House Speaker Nancy Pelosi reported some progress in advance of a Tuesday deadline for reaching a pre-election deal with President Donald Trump on a new coronavirus relief package, but the same core problems bedeviling the effort remain in place despite optimistic talk from the president and his team.
Pelosi negotiated for nearly an hour Monday with Trump's top emissary, Treasury Secretary Steven Mnuchin, and her office said they are continuing to narrow their differences.
"Finally, they have come to the table and we're going to try to get something done," Pelosi said on MSNBC Monday evening. She said the two sides would take stock on Tuesday, which she has staked out as the deadline if a deal is to be reached before the election.
"Let's make a judgment. We may not like this, we may not like that but let's see on balance if we can go forward," Pelosi said.
But with time nearly up for Congress and the White House to deliver aid to Americans before the election, the question remains: If not now, when?
It's a key consideration for Trump, who has talked up the prospect of another package as he asks voters for a second term, and for Democrats hopeful that their nominee, Joe Biden, is on the cusp of winning the White House in November.
"Nancy Pelosi at this moment does not want to do anything that's going to affect the election," Trump said during a campaign swing in Arizona.
The dynamic has created a tricky position for Pelosi, whose tough approach to the talks amid durable GOP opposition to a potential deal of almost $2 trillion has left all sides staring at the very real potential of the negotiations failing. Pelosi is angling for the best deal she can get — maybe that's now, maybe it's later. It's a risk she's willing to take.
Senate Majority Leader Mitch McConnell, meanwhile, is pushing ahead with votes this week on GOP measures that stand little chance of advancing.
Trump has upped his offer to $1.8 trillion or more and insisted Monday that "the Republicans will come along" if a deal is reached. His chief of staff and communications director took to Fox News to offer optimistic takes. But Republicans have spent months talking about a smaller aid package and the top GOP vote-counter, Sen. John Thune, said Monday that "it would be hard" to find the necessary Republican support for passage of any agreement in that range.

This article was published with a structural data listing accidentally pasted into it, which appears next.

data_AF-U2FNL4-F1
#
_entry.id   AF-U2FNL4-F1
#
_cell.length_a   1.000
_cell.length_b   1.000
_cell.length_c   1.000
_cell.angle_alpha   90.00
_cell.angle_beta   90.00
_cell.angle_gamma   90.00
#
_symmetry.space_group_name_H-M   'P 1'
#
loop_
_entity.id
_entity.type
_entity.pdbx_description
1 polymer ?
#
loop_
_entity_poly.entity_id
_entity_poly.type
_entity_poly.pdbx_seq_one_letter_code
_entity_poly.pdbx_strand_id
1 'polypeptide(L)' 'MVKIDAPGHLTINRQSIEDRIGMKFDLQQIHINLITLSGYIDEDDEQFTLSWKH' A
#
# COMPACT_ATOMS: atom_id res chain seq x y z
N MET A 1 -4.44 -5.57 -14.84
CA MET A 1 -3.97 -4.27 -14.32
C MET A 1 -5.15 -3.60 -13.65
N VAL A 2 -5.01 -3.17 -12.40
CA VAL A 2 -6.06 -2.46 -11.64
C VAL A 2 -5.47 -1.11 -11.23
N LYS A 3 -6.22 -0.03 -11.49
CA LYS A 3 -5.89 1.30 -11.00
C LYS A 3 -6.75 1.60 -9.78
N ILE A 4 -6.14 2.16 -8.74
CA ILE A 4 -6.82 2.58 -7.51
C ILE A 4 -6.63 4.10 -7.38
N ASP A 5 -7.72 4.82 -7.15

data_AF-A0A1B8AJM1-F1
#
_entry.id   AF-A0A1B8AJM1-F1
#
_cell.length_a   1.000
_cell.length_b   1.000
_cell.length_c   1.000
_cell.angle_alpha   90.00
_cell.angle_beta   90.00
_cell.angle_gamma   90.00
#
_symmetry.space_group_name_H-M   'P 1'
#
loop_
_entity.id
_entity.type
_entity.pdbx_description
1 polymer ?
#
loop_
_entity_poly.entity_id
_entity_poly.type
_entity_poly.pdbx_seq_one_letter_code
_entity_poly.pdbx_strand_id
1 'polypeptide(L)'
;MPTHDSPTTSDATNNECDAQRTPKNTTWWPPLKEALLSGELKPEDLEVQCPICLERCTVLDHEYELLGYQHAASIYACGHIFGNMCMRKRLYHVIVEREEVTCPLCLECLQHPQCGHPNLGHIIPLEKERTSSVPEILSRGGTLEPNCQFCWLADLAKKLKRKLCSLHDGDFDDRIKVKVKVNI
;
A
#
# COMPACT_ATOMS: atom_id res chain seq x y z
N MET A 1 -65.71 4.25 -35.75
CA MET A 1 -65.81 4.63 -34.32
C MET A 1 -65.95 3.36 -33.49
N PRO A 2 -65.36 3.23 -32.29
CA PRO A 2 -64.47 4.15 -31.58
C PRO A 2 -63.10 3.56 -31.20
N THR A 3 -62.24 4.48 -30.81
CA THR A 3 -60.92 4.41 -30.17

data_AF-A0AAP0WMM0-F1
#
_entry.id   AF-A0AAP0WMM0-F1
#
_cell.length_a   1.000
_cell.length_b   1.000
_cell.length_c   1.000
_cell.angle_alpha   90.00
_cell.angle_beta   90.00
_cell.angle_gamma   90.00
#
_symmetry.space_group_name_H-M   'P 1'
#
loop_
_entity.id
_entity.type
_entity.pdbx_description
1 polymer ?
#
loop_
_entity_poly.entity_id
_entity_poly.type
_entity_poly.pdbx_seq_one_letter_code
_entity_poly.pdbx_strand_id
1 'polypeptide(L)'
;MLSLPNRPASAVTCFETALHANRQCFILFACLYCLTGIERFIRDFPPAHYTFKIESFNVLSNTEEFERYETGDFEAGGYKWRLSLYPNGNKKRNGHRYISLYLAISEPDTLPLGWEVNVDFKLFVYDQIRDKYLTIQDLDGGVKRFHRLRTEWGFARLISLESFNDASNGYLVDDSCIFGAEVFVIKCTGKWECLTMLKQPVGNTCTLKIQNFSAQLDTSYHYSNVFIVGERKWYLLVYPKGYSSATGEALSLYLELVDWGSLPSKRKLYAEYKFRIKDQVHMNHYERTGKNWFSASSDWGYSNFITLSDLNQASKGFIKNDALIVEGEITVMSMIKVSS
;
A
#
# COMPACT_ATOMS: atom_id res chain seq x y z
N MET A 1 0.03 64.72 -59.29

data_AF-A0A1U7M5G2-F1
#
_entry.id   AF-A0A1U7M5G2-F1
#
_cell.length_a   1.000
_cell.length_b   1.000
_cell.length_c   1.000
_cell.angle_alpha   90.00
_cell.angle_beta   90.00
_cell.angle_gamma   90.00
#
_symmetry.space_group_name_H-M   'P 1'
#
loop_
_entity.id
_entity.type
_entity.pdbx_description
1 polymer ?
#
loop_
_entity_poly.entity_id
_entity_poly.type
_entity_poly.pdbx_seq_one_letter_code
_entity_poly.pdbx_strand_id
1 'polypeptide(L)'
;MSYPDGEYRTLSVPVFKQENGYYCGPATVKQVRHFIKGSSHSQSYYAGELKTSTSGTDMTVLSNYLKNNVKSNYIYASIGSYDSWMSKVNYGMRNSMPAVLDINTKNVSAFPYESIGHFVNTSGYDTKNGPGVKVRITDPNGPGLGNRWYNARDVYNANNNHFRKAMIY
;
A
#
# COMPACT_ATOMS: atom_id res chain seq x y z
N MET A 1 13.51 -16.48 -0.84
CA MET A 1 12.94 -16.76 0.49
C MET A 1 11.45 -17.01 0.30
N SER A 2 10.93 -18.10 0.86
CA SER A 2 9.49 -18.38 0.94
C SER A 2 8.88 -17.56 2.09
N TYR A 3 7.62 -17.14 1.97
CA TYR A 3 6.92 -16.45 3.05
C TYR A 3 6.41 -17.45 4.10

Without an agreement at least in principle by Tuesday, Pelosi says it'll be too late to enact anything by Election Day. And if history is any guide, prospects for a deal in the lame-duck session after the election could be dim.
If Trump loses, Congress is likely to stagger through a nonproductive session comparable to the abbreviated session after the decisive 2008 Obama-Biden victory or the 2016 session that punted most of its leftovers to the Trump administration. That scenario would push virus aid into 2021.
"If we delay this until the Biden administration we're talking about three, four, five months. The American people cannot wait," Rep. Max Rose, D-N.Y., a freshman facing a difficult race in Trump-friendly Staten Island, said on CNN. "With each passing day without action the American people will be suffering more."
Pelosi calls the $1.8 trillion administration offer inadequate, saying that while the overall Trump offer has gone up, the details on a virus testing plan, aid to state and local governments, and tax cuts for the working poor still aren't to her satisfaction.
At the same time, Trump's GOP allies in the Senate are backing a virus proposal that at $650 billion or so is only about one-third the size of the measure that Pelosi and Mnuchin are negotiating. But the Senate GOP bill has failed once before, and Trump himself says it's too puny.
A debate slated for Wednesday on the Senate Republican plan promises to bring a hefty dose of posturing and political gamesmanship, but little more. It will follow a procedural tally Tuesday on a stand-alone renewal of bipartisan Paycheck Protection Program business subsidies that could cause Democratic fracturing but isn't likely to succeed.
Pelosi has faced carping from some Democrats for playing hardball at the risk of going home empty-handed, but that criticism has been largely muted since McConnell keeps stiff-arming the negotiations.
"The bigger issue is McConnell," said Rep. Ro Khanna, D-Calif., who raised eyebrows earlier this month in publicly advising Pelosi to endorse Mnuchin's $1.8 trillion topline. "I mean, the President has said, 'Oh, I can get McConnell on board.' Well, why doesn't he call McConnell and get him on board?" he said on SiriusXM Urban View on Monday.
The last coronavirus relief package, the $1.8 trillion bipartisan CARES Act, passed in March by an overwhelming margin as the economy went into lockdown amid fear and uncertainty about the virus. Since then, Trump and many of his GOP allies have focused on loosening social and economic restrictions as the key to recovery instead of more taxpayer-funded help.
The moment is challenging for Pelosi as well. For months she has been promising a COVID relief package of more than $2 trillion stuffed with Obama-era stimulus ideas. Even though the Senate and White House are both in GOP hands — and will be at least into January — she has sharply rebuffed anyone who suggests that Democrats should take a smaller deal now rather than risk going home empty-handed until next year.
"If Congress doesn't act the next administration is going to inherit a real mess," said Harvard economist Jason Furman, a former top Obama adviser. "Economic problems tend to feed on themselves." He is in the Democratic camp that prefers imperfect stimulus now rather than a larger package in four months or so.